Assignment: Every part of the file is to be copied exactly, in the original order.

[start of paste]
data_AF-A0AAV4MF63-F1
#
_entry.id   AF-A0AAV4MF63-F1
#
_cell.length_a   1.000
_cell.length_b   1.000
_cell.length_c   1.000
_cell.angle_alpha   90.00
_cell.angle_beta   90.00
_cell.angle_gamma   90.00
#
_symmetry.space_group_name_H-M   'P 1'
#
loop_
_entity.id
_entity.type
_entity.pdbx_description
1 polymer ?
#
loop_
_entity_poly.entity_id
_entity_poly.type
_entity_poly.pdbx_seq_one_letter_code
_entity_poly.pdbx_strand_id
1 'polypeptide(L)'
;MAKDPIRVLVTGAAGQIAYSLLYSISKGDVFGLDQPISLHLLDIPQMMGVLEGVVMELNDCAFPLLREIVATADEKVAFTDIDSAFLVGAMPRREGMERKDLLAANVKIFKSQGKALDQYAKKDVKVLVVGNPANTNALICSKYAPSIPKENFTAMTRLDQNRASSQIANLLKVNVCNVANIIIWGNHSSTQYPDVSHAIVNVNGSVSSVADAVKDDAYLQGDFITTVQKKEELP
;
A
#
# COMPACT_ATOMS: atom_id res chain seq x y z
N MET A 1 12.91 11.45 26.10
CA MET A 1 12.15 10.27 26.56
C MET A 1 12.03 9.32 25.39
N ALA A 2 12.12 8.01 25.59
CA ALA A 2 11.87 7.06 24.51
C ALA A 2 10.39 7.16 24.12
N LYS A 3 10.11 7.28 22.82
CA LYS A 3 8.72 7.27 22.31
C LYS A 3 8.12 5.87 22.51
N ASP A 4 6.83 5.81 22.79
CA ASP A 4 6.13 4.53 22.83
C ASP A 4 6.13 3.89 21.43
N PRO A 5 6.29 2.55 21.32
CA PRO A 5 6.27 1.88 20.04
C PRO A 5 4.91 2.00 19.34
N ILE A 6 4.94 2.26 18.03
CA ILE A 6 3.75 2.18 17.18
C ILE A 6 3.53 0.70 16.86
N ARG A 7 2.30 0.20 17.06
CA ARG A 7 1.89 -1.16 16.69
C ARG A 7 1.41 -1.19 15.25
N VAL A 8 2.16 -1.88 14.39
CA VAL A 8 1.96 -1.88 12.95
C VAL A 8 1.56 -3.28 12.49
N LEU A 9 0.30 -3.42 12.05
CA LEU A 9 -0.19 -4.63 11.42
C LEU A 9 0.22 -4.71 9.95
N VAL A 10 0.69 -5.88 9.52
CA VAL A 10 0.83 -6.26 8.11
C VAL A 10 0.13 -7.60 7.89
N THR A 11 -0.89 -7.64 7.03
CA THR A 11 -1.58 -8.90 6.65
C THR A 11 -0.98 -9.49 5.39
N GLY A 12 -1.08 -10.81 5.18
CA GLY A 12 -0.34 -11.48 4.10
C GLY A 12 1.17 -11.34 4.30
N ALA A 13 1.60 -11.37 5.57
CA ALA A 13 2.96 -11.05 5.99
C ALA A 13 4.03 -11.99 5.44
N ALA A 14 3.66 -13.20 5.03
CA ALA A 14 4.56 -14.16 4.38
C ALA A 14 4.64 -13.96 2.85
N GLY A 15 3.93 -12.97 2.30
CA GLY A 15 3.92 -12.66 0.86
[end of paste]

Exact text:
data_AF-A0AAV4MF63-F1
#
_entry.id   AF-A0AAV4MF63-F1
#
_cell.length_a   1.000
_cell.length_b   1.000
_cell.length_c   1.000
_cell.angle_alpha   90.00
_cell.angle_beta   90.00
_cell.angle_gamma   90.00
#
_symmetry.space_group_name_H-M   'P 1'
#
loop_
_entity.id
_entity.type
_entity.pdbx_description
1 polymer ?
#
loop_
_entity_poly.entity_id
_entity_poly.type
_entity_poly.pdbx_seq_one_letter_code
_entity_poly.pdbx_strand_id
1 'polypeptide(L)'
;MAKDPIRVLVTGAAGQIAYSLLYSISKGDVFGLDQPISLHLLDIPQMMGVLEGVVMELNDCAFPLLREIVATADEKVAFTDIDSAFLVGAMPRREGMERKDLLAANVKIFKSQGKALDQYAKKDVKVLVVGNPANTNALICSKYAPSIPKENFTAMTRLDQNRASSQIANLLKVNVCNVANIIIWGNHSSTQYPDVSHAIVNVNGSVSSVADAVKDDAYLQGDFITTVQKKEELP
;
A
#
# COMPACT_ATOMS: atom_id res chain seq x y z
N MET A 1 12.91 11.45 26.10
CA MET A 1 12.15 10.27 26.56
C MET A 1 12.03 9.32 25.39
N ALA A 2 12.12 8.01 25.59
CA ALA A 2 11.87 7.06 24.51
C ALA A 2 10.39 7.16 24.12
N LYS A 3 10.11 7.28 22.82
CA LYS A 3 8.72 7.27 22.31
C LYS A 3 8.12 5.87 22.51
N ASP A 4 6.83 5.81 22.79
CA ASP A 4 6.13 4.53 22.83
C ASP A 4 6.13 3.89 21.43
N PRO A 5 6.29 2.55 21.32
CA PRO A 5 6.27 1.88 20.04
C PRO A 5 4.91 2.00 19.34
N ILE A 6 4.94 2.26 18.03
CA ILE A 6 3.75 2.18 17.18
C ILE A 6 3.53 0.70 16.86
N ARG A 7 2.30 0.20 17.06
CA ARG A 7 1.89 -1.16 16.69
C ARG A 7 1.41 -1.19 15.25
N VAL A 8 2.16 -1.88 14.39
CA VAL A 8 1.96 -1.88 12.95
C VAL A 8 1.56 -3.28 12.49
N LEU A 9 0.30 -3.42 12.05
CA LEU A 9 -0.19 -4.63 11.42
C LEU A 9 0.22 -4.71 9.95
N VAL A 10 0.69 -5.88 9.52
CA VAL A 10 0.83 -6.26 8.11
C VAL A 10 0.13 -7.60 7.89
N THR A 11 -0.89 -7.64 7.03
CA THR A 11 -1.58 -8.90 6.65
C THR A 11 -0.98 -9.49 5.39
N GLY A 12 -1.08 -10.81 5.18
CA GLY A 12 -0.34 -11.48 4.10
C GLY A 12 1.17 -11.34 4.30
N ALA A 13 1.60 -11.37 5.57
CA ALA A 13 2.96 -11.05 5.99
C ALA A 13 4.03 -11.99 5.44
N ALA A 14 3.66 -13.20 5.03
CA ALA A 14 4.56 -14.16 4.38
C ALA A 14 4.64 -13.96 2.85
N GLY A 15 3.93 -12.97 2.30
CA GLY A 15 3.92 -12.66 0.86